The Bonfire of the Vanities


Time Out says

De Palma's film of Tom Wolfe's dark, hilarious magnum opus bombed in the States - amid charges of racism - and it's easy to see why. It's norra lorra laffs. Wolfe's book about the inhabitants of the Big Bad Apple has a Dickensian scope and a Faustian dynamic: 'What shall it profit a man, if he gain the whole, but lose his soul?' His view of an ethnic pressure-cooker society is ironic and caustic but even-handed. In the movie, simplification and scaling down - plus significant changes in ethnicity - lose the balance. In a twin-track movie, we watch dipso journo Peter Fallow (Willis) - who narrates - rise as adulterous Wall Street trader Sherman McCoy (Hanks) falls. Fallow is put onto a story: a poor Bronx black is a near-fatal hit-and-run casualty. The car turns out to be McCoy's Mercedes - scoop! - and the jackals descend. What De Palma delivers is merely a mediocre yuppy nightmare movie, stylistically flashy but with little pace, bite or pathos. As usual with De Palma, the woman gets shafted (here Griffith as McCoy's mistress). If anything, it's a Hanks 'little boy lost' movie, more in the Big tradition than The Big Tradition.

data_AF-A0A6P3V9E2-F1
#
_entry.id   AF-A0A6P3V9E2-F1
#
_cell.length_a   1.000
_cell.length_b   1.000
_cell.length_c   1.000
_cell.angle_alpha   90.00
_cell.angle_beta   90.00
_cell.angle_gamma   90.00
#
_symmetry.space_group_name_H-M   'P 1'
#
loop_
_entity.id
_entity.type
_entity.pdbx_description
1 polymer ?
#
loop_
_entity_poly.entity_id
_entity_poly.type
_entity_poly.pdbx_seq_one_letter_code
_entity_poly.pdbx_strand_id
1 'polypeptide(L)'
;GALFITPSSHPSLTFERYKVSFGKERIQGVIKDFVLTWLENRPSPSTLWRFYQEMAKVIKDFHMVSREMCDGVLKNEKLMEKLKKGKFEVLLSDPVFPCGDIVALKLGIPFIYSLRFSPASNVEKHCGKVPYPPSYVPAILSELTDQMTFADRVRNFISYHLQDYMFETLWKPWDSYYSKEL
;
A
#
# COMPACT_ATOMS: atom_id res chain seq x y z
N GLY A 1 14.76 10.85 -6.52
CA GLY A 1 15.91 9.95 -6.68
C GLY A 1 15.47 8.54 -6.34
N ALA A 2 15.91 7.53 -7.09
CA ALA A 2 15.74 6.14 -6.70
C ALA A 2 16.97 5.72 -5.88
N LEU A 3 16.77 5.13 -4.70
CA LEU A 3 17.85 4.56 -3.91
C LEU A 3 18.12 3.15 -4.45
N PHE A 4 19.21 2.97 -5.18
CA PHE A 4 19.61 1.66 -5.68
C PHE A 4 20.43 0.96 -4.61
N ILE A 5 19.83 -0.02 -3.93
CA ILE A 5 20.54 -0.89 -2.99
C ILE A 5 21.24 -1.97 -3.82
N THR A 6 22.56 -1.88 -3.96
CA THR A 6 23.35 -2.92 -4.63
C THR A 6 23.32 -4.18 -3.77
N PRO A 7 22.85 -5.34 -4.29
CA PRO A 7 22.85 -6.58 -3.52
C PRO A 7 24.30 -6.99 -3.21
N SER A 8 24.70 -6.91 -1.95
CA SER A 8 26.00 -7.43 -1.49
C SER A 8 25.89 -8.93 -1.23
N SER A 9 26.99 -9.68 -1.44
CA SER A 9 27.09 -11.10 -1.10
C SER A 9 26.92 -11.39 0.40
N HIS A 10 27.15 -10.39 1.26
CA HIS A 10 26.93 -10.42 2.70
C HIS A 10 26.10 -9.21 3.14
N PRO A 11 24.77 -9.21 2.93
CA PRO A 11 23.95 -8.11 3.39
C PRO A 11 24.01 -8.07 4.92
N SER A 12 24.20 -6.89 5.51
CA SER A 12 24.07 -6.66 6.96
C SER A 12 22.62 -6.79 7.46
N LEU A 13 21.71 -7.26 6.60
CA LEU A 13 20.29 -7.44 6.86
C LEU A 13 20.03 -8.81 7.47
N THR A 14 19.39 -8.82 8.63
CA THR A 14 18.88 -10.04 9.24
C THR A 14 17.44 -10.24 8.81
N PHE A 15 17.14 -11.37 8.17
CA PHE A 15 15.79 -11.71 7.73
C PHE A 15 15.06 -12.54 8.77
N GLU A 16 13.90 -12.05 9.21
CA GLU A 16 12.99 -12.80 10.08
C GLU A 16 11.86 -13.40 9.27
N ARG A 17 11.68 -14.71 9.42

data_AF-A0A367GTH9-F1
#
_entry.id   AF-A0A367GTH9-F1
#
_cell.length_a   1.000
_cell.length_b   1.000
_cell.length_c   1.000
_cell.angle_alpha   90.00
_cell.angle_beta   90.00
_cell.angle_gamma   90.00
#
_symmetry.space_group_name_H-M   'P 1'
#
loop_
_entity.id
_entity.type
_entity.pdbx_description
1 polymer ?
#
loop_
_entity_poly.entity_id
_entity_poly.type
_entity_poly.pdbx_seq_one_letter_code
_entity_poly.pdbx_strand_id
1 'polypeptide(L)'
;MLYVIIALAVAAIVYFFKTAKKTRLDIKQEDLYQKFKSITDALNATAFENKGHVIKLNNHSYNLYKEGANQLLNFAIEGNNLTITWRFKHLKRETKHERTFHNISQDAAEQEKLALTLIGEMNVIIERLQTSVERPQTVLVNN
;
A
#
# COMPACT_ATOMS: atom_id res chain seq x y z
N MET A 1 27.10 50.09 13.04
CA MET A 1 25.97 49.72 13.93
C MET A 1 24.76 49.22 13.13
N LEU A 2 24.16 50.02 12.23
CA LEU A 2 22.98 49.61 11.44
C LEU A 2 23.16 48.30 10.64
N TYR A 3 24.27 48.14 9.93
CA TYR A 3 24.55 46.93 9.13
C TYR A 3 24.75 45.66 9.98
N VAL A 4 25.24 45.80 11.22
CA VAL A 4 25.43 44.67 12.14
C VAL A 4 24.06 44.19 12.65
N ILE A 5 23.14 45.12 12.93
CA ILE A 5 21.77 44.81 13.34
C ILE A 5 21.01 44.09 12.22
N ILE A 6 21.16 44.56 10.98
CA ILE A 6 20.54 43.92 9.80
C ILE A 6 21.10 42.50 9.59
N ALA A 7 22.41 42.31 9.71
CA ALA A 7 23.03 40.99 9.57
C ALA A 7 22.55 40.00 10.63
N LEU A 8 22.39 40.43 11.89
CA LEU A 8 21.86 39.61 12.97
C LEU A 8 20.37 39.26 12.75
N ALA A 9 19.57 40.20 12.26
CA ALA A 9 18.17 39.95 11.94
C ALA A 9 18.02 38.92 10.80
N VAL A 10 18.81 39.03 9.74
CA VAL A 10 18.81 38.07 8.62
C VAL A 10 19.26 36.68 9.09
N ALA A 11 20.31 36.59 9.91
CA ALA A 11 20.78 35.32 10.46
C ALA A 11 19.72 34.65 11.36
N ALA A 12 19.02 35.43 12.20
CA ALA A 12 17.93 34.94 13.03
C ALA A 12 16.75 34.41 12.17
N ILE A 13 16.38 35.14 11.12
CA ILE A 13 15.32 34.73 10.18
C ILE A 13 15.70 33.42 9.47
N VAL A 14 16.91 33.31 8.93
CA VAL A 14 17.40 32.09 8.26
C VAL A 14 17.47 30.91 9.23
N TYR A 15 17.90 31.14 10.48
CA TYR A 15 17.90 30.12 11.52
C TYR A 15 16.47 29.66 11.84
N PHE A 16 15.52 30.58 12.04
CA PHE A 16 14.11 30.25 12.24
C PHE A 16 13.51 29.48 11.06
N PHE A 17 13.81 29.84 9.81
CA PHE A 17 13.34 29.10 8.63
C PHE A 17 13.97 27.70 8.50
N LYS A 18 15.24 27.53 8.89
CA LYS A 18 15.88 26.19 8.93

Release details

125 mins

Cast and crew

Brian De Palma
Michael Cristofer
Tom Hanks
Bruce Willis
Melanie Griffith
Kim Cattrall
Saul Rubinek
Morgan Freeman
F Murray Abraham
John Hancock
Kevin Dunn
Clifton James
André Gregory
Robert Stephens
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